The third ethic of Permaculture—”Fair Share“— includes wildlife in my point of view. I share my currant, cherry and strawberry harvests every year, because I don’t net my plants. Most permaculturalists will talk about designing with native species in mind, because non-insect wildlife is an integral part of a sustainable design, biological pest control, and also soil building (I’ve written about how animal wastes and animal parts are a vital garden input). I plant way too many berries, and a lot of inedible or unappetising berries (like Pyracantha and Symphoricarpos) solely to attract birds.
Sepp Holzer’s Permaculture: A Practical Guide to Small-Scale, Integrative Farming and Gardening by Sepp Holzer, and Gaia’s Garden by Toby Hemenway both touch on Livestock, as far as I remember.
PermacultureNews.org has a livestock tag, which has pieces like “Reforesting with Goats” by Geoff Lawton.
Goats foraging in an understory to reduce competition
Pigs tend to turn an area into muck, and also host a number of parasitic worms: they aren’t the best choice for site prep where you will be growing things like root crops. However, pigs have traditionally been used to “gley” a pond (seal the bottom with an anaerobic layer that prevent water from leaking). If you are prepping an area for water retention, dig it out and make it a pigpen for a year or so.
Pigs gleying a future pond
Other uses of livestock include duck/chicken assisted composting: birds forage in the compost for worms and other invertebrates, which fulfills a lot of their dietary protein requirements. The birds also turn the compost while they forage, and leave droppings, which seeds the compost with compost-activating microorganisms. This is something laughingduckpermaculture writes about quite often.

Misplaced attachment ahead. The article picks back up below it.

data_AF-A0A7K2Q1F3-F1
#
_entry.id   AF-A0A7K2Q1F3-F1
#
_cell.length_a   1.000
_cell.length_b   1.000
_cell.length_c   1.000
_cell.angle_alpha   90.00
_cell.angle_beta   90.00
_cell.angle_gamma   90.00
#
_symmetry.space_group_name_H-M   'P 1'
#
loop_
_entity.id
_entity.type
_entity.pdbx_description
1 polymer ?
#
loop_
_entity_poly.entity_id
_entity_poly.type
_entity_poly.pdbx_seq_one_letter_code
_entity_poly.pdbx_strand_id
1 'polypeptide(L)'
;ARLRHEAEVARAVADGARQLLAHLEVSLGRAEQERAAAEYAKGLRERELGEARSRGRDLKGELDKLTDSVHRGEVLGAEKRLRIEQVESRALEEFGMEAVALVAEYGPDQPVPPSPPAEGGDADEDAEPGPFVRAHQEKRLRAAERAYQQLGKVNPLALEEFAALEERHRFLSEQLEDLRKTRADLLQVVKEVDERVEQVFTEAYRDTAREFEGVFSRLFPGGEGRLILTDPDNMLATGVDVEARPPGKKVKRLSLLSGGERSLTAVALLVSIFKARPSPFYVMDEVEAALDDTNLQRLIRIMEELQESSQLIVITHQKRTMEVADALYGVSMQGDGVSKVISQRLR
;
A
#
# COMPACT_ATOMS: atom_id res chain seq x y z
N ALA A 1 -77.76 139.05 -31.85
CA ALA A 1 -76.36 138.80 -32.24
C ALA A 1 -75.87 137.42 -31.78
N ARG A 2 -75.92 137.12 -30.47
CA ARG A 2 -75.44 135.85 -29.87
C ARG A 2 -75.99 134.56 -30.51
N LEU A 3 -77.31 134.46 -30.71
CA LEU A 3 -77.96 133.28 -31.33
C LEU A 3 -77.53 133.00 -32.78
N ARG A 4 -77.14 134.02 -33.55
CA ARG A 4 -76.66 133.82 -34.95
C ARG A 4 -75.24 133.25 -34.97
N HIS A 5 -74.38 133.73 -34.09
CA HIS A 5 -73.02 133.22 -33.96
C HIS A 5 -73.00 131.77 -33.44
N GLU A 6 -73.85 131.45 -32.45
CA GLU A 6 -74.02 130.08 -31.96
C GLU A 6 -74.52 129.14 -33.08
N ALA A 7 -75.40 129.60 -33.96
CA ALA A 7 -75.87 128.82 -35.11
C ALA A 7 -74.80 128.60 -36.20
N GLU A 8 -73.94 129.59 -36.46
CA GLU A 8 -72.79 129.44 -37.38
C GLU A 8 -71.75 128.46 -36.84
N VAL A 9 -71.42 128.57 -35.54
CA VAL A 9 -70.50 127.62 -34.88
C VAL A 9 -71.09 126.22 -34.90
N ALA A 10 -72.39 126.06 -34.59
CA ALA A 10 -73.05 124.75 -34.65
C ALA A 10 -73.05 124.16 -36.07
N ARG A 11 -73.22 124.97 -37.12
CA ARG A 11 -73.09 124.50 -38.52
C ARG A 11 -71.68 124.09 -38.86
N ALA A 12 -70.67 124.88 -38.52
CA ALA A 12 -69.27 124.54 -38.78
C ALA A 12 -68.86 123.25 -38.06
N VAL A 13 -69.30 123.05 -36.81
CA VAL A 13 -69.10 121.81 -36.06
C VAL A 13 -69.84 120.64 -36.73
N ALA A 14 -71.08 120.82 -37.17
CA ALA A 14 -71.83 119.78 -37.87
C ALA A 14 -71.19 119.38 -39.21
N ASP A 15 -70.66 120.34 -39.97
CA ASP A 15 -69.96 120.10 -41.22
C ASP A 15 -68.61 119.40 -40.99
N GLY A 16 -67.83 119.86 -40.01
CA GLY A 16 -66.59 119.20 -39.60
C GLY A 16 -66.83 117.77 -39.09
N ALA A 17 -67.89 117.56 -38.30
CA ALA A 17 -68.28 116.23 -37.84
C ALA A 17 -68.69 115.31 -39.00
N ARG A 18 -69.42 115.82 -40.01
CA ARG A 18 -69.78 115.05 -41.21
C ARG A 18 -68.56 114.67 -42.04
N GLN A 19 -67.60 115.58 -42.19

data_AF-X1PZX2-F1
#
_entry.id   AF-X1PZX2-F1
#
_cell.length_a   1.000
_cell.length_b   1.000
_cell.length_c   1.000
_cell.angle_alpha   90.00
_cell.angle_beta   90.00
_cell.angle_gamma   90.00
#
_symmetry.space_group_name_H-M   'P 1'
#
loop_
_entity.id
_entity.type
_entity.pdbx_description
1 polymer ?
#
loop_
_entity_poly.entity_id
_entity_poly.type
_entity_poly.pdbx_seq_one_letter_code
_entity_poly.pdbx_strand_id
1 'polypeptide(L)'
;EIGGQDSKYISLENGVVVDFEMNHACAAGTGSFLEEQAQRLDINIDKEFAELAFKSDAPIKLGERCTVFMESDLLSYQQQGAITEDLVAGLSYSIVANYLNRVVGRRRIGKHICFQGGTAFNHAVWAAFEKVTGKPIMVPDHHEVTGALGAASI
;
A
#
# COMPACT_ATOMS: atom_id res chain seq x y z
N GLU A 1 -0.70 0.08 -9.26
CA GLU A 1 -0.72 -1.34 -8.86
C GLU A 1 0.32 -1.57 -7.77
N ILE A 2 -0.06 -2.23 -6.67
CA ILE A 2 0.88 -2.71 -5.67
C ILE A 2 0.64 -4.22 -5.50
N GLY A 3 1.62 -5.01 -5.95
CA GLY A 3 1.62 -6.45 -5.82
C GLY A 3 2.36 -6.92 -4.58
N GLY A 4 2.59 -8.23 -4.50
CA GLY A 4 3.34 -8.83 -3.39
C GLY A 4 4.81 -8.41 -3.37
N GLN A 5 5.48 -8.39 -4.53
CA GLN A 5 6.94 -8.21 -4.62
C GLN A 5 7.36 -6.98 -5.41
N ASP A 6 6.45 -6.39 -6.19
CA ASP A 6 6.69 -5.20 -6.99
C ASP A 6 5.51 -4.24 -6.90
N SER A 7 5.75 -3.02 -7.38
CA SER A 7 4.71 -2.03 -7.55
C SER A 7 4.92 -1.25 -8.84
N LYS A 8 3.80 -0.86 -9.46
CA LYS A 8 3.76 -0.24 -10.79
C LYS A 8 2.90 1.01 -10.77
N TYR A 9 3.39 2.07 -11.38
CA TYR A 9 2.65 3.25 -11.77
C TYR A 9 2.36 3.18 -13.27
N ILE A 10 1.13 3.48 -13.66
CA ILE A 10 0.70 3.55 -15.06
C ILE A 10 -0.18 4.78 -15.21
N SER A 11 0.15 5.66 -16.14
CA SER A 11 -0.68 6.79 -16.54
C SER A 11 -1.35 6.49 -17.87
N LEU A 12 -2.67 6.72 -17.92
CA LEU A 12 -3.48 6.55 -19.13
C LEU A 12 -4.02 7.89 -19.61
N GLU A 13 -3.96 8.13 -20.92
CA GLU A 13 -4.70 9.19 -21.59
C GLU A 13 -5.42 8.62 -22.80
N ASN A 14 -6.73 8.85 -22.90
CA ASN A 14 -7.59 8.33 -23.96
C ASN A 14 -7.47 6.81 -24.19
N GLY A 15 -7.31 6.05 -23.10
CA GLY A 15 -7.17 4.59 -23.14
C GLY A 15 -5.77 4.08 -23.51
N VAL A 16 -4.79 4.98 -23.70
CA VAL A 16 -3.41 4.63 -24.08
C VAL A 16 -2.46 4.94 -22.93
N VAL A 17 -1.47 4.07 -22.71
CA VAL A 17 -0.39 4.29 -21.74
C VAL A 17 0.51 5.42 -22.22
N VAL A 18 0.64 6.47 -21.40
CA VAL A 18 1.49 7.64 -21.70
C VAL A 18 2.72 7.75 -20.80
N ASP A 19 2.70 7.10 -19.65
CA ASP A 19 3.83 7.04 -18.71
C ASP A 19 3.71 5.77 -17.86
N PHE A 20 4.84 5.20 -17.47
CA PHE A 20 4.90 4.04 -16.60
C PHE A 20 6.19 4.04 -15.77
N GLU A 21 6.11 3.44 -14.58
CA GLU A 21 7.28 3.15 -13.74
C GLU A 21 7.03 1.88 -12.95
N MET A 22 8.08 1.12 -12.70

Indian Runner Ducks are also well-known as being predators of slugs, so they are excellent to integrate into garden sites that are being established, as they will keep pests off of new growth. Plus, they look hilarious.
Runner Ducks: Yes, they do stand upright
Quails and Chickens both eat small weeds (that’s why they call it “Chickweed”) so in established spaces of cultivation, they are best left to roam around. My partner’s aunt has a huge free-range chicken pen with about 100 cultivars of Rhododendron, which are diligently kept weed-free by the girls.
Other multi-functional animals in permaculture include Llamas and Donkeys as livestock guards, and fibre sources/beasts of burden, respectively.
I tag all of my livestock posts with #animal husbandry, so you are welcome to check out the archive! I’ll try and write some more in-depth posts about raising livestock; however, I am not writing from firsthand experience.
Wow, I’ll get the books coming. Thanks for all the links and ideas!